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Reformation Book Recommendations-part 1 (Matthew Barrett)

The next three days I will be taking advantage of Reformation week by highlighting books on the Reformation for both the beginner and the more advanced student. In today’s post I would like to recommend a few books for those who have never read anything on the Reformation. Tomorrow I will follow up with a list for those looking to go deeper. And on Thursday I will highlight some primary sources from the Reformers themselves.

Timothy George. Theology of the Reformers. Revised Edition. Nashville: B&H, 2013.

If I only could recommend one book, this would be it. George’s work is a classic introduction to Reformation thought and this book will be around for years to come.

Plus, there are few who know the Reformers as well as George does. Also, in this revised edition George has added a chapter on William Tyndale. Having read his additional chapter, this revised edition is worth your time and attention.

Stephen Nichols. The Reformation: How a Monk and a Mallet Changed the World. Wheaton, IL: Crossway, 2007.

Nichols is one of my favorite authors to read. He makes reading history fun. In the past I have recommended his books to college students especially. And this one on the Reformation is no different. Nichols gives a brief introduction to the various Reformers and their reformations. A great starting point and maybe the first book you should read in this list.

Michael Reeves. The Unquenchable Flame: Discovering the Heart of the Reformation. Nashville: B&H Academic, 2009.

Another outstanding book, and one that is in the same vein as Nichols’s book, is The Unquenchable Flame, by Michael Reeves. Covering much of the same material, Reeves takes you on a tour of Reformation theology, bouncing from one Reformer to another. Again, another exciting read for the novice.

Stephen Nichols. Martin Luther: A Guided Tour of His Life and Thought. Phillipsburg, NJ: P&R, 2002.

I have been told by P&R that Nichols’s tour of Luther is one of their best-selling books. I can see why. Nichols captures not only the essence of Luther but his theology as well. If you are intimidated by the larger biographies on Luther, start here.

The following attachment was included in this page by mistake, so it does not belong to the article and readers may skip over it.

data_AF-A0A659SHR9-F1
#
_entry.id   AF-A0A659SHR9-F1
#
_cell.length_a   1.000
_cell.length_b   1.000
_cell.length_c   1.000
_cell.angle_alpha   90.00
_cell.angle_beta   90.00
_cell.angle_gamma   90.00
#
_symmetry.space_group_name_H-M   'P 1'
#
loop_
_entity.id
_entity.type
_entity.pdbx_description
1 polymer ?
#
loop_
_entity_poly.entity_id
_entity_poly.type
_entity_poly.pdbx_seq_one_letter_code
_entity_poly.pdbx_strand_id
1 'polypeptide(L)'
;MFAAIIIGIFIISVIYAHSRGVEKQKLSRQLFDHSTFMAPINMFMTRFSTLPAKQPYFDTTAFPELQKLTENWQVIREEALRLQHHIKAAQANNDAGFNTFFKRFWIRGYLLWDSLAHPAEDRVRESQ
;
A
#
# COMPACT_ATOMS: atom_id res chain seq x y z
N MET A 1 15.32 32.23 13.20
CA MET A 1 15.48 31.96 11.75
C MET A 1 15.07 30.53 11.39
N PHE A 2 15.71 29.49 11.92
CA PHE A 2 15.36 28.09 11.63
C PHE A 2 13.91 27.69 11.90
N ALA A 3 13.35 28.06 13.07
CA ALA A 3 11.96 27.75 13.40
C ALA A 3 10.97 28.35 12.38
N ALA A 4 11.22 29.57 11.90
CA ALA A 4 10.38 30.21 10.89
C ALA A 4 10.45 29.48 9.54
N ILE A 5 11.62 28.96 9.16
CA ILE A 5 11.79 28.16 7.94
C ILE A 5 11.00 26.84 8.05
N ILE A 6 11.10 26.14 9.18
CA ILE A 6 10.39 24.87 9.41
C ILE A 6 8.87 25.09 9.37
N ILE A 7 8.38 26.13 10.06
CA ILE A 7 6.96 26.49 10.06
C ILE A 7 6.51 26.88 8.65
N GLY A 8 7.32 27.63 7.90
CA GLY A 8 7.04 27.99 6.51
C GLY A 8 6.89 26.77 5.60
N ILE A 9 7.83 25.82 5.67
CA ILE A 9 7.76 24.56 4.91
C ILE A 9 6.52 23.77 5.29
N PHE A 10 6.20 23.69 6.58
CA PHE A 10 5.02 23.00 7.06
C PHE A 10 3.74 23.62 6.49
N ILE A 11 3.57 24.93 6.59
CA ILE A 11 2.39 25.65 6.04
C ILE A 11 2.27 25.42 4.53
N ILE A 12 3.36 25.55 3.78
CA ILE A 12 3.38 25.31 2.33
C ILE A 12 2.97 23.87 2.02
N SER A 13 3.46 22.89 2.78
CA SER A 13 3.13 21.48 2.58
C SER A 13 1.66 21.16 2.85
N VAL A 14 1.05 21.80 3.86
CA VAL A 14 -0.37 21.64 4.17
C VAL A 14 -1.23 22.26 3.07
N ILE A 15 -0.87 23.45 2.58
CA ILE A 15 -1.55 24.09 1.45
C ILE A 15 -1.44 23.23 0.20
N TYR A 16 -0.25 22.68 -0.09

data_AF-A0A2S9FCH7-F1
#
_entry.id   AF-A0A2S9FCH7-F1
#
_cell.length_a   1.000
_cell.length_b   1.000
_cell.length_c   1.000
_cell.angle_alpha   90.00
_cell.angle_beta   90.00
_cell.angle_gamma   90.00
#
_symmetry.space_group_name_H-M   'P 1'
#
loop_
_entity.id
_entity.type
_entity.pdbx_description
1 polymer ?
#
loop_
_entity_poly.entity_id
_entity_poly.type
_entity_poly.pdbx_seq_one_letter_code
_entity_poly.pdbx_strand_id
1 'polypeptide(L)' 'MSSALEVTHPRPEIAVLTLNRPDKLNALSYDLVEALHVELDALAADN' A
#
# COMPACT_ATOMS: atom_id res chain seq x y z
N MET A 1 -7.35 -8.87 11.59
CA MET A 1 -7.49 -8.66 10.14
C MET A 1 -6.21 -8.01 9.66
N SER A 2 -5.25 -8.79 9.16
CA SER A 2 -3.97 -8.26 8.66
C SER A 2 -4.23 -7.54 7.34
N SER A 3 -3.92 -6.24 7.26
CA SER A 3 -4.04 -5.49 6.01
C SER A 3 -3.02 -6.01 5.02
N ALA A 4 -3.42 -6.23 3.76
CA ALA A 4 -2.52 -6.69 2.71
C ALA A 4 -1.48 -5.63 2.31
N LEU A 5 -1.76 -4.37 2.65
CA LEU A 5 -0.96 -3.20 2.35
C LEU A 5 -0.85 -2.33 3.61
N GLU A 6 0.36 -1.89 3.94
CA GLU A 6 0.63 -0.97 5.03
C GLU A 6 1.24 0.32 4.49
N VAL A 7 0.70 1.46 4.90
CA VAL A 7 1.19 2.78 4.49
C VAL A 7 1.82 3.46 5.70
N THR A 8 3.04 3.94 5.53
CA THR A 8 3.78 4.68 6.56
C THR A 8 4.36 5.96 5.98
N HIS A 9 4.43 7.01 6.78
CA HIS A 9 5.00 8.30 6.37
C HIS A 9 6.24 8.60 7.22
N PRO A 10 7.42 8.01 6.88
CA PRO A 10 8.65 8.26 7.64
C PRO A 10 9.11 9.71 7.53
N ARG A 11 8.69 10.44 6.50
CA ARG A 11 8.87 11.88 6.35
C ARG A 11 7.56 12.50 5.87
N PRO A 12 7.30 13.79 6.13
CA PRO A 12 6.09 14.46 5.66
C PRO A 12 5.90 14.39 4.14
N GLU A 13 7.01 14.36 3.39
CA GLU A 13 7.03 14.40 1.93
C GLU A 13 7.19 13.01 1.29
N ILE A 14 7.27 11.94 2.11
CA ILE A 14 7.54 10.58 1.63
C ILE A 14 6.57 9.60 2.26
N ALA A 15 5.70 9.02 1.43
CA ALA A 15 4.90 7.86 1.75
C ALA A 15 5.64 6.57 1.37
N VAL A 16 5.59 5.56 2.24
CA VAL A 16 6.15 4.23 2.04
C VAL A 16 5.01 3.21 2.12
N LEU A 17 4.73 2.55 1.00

Roland Bainton. Here I Stand: A Life of Martin Luther. Hendrickson, 2009.

I am pretty sure it would be a sin not to mention Roland Bainton’s classic biography of Luther. And for good reason too. This book is one of the most famous biographies of Luther, accessible, entertaining, and informative. Bainton paints a picture of the Reformation period in a way you will not forget.

Robert Godfrey. John Calvin: Pilgrim and Pastor. Wheaton, IL: Crossway, 2009.

With the exception of Luther, there is no Reformation theologian I enjoy reading about more than John Calvin. Calvin’s work of reformation in Geneva is still, to this day, impacting Protestantism around the globe. If you have never read a biography on Calvin, Godfrey’s book is an excellent place to begin. He will only whet your appetite for more…and if I have a say in it, Godfrey will turn you into a Calvinist if you are not one already!

Yes, I know, there are so many others that could be mentioned. But this is a start. Come back tomorrow for more recommendations if you are a serious student of the Reformation!


Matthew Barrett (PhD, The Southern Baptist Theological Seminary) is Assistant Professor of Christian Studies at California Baptist University, as well as the founder and executive editor of Credo Magazine. He is the author of Salvation by Grace: The Case for Effectual Calling and Regeneration, and several other forthcoming books, which you can read about at

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